Microsoft KB Archive/39255
Article ID: 39255
Article Last Modified on 11/21/2006
- Microsoft QuickBasic 4.0
- Microsoft QuickBASIC 4.0b
- Microsoft QuickBasic 4.5 for MS-DOS
- Microsoft BASIC Compiler 6.0
- Microsoft BASIC Compiler 6.0b
- Microsoft BASIC Professional Development System 7.0
- Microsoft BASIC Professional Development System 7.1
This article was previously published under Q39255
When using the communications ports in Basic, once the COM port is OPENed (with an OPEN "COM1:..." or OPEN "COM2:..." statement), the port's configuration normally cannot be changed by any Basic statement without closing and then reopening the COM port. However, the parameters to the COM port (the baud rate, parity, stop bits, data bits, etc.) can be changed by directly communicating with the UART using Basic's OUT and INP statements. The UART (Universal Asynchronous Receiver Transmitter) in the IBM PC is the 8250 Asynchronous Communications Element, a dedicated microprocessor chip.
This article contains advanced programmer's information, and should be used only by advanced programmers who are very familiar with the operations of the communications ports. This information applies to Microsoft QuickBasic versions 4.00, 4.00b, and 4.50; to Microsoft Basic Compiler versions 6.00 and 6.00b for MS-DOS; and to Microsoft Basic Professional Development System (PDS) versions 7.00 and 7.10 for MS-DOS.
To change the communications parameters for a COM port, you must first disable communications interrupts. You can do this by setting bit 4 (for COM1) or bit 3 (for COM2) of the Interrupt Mask Register (IMR, I/O port &H21) (where bits are numbered starting at bit zero; that is, 0, 1, 2, etc.). Note that when this is done, the other bits of this register should remain unchanged, so you should "OR" the current value with the bit value needed, and place the new value back into the register. For example, the following disables COM1:
OUT &H21, INP(&H21) OR 16
The following disables COM2:
OUT &H21, INP(&H21) OR 8
Once the COM interrupt is disabled, you can alter the communications parameters. The first of the parameters that you may change is the baud rate. To do this, you must first set the line-control register to allow a change in the baud rate by sending a &H80 to port &H3FB, the line-control register for COM1, or to port &H2FB, the line-control register for COM2. Then, send the appropriate least-significant byte (LSB) and most-significant byte (MSB) of the desired baud rate to ports &H3F8 and &H3F9, respectively, for COM1, or to ports &H2F8 and &H2F9, respectively, for COM2. The LSB and MSB bytes for the baud rates are shown in the following table:
Baud Rate MSB LSB --------- --- --- 300 01H 80H 600 00H C0H 1200 00H 60H 2400 00H 30H 3600 00H 20H 4800 00H 18H 9600 00H 0CH
Now that the baud rate has been changed, the other parameters must be set (for example, parity type, stop bits, data bits, etc.). These parameters are set by sending the appropriate byte to the line-control register (port &H3FB for COM1, or port &H2FB for COM2). The byte to send is established by setting the appropriate bits according to the following diagram:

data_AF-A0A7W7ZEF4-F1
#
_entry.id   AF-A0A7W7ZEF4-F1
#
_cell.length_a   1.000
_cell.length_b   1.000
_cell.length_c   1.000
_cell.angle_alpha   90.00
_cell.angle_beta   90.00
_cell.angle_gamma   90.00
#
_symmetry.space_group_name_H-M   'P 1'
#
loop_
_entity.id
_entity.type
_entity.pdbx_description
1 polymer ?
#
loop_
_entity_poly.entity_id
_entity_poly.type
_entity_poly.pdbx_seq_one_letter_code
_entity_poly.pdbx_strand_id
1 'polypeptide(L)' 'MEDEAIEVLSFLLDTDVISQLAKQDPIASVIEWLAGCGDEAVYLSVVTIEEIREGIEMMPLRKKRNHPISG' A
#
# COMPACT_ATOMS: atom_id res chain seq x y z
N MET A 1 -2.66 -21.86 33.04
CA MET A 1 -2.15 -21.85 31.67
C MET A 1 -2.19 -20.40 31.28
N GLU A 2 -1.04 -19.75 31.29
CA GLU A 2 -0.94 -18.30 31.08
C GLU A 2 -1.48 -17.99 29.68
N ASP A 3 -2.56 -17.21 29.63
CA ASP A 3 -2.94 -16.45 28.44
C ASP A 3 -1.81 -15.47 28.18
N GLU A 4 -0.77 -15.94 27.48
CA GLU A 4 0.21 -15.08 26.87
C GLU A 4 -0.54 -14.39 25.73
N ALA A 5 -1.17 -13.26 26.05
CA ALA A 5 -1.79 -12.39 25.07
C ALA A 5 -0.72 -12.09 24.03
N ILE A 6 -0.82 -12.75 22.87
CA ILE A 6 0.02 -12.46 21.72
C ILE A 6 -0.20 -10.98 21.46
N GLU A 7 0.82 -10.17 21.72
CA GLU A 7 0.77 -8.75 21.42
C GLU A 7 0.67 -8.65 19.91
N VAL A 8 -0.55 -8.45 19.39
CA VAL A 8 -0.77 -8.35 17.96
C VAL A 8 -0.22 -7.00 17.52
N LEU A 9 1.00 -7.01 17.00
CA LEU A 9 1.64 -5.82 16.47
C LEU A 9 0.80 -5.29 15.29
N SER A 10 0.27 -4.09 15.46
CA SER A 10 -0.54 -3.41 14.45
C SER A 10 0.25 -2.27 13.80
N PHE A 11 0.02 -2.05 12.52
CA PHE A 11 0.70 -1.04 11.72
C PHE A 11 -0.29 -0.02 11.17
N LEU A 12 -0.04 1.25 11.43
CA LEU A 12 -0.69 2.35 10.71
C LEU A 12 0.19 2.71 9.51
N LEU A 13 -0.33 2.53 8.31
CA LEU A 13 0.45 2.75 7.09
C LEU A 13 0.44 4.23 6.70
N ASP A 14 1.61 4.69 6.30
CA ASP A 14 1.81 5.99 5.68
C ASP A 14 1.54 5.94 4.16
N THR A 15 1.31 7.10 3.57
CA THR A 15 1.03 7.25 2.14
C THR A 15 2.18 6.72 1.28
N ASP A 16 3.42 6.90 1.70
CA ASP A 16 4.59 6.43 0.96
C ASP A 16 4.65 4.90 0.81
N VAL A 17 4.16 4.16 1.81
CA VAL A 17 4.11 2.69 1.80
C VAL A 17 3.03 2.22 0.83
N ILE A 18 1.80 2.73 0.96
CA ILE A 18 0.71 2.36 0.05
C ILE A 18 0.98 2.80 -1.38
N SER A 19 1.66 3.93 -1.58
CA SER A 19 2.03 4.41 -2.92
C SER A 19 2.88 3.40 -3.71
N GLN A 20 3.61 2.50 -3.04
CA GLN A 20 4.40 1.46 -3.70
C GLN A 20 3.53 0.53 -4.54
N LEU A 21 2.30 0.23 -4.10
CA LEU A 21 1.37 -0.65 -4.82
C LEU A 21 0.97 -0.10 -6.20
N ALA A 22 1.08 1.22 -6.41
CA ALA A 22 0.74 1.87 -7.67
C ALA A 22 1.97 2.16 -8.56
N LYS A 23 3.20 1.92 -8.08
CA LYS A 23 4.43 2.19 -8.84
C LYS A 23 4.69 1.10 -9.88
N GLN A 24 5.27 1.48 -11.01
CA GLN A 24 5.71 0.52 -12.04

THE LINE-CONTROL REGISTER |-----|-----|-----|-----|-----|-----|-----|-----| | 7 | 6 | 5 | 4 | 3 | 2 | 1 | 0 | |-----|-----|-----|-----|-----|-----|-----|-----| | \ | | | | | | Character | \ | | | | | | length I/O Addressing < \ | | | | 0 + 0 = 5 bits 0 = Normal value \__| | | | 0 + 1 = 6 bits 1 = To address baud | | | | 1 + 0 = 7 bits rate divisor | | | | 1 + 1 = 8 bits registers | | | | | | | > Stop bits Set these bits to 0 < | | 0 = 1 stop bit | | 1 = 1.5 stop bits if 5-bit | | character length | | 1 = 2 if 6-, 7-, or 8-bit | | character length Parity type < > Parity 0 = even 0 = No parity bit generated 1 = odd 1 = Parity bit generated
(This table is taken from page 180 of "8088 Assembler Language Programming: The IBM PC, Second Edition" by Willen and Krantz [Howard W. Sams & Company, Inc., 1988]. Please read Chapter 7, "Serial Communications," for more technical details.)
After setting these other parameters, the COM interrupt can be reenabled by setting the bit for the COM port back to 0 in the IMR. As before, you must be careful not to disrupt any of the other bits in this register, so to mask the particular bit to 0, logically "AND" the current value of the register with 255 minus the bit value. For example:
OUT &H21, INP(&H21) AND 239 'enables COM1 (255 - 16 = 239) OUT &H21, INP(&H21) AND 247 'enables COM2 (255 - 8 = 247)
Once this step is done, communication can resume at the new communication settings. Below is a code example listing that changes the baud rate and parameters of COM1 to 9600,N,8,1.
The following book contains more information about hardware addresses:
"The Programmer's PC Sourcebook," by Thom Hogan (Microsoft Press, 1988)
The following is a code example:
x% = INP(&H21) 'disable COM1... x% = x% OR 16 OUT &H21, x% OUT &H3FB, &H80 'set for BAUD change REM OUT &H3F8, &H60 'BAUD-rate-divisor register; &H60 sets 1200 baud OUT &H3F8, &H0C 'BAUD-rate-divisor register; &H0C sets 9600 baud OUT &H3F9, &H0 'High byte of BAUD-rate-divisor register OUT &H3FB, &H3 'N,8,1 x% = INP(&H21) 'reenable COM1... x% = x% AND 239 OUT &H21, x% 'all done!
Additional query words: QuickBas BasicCom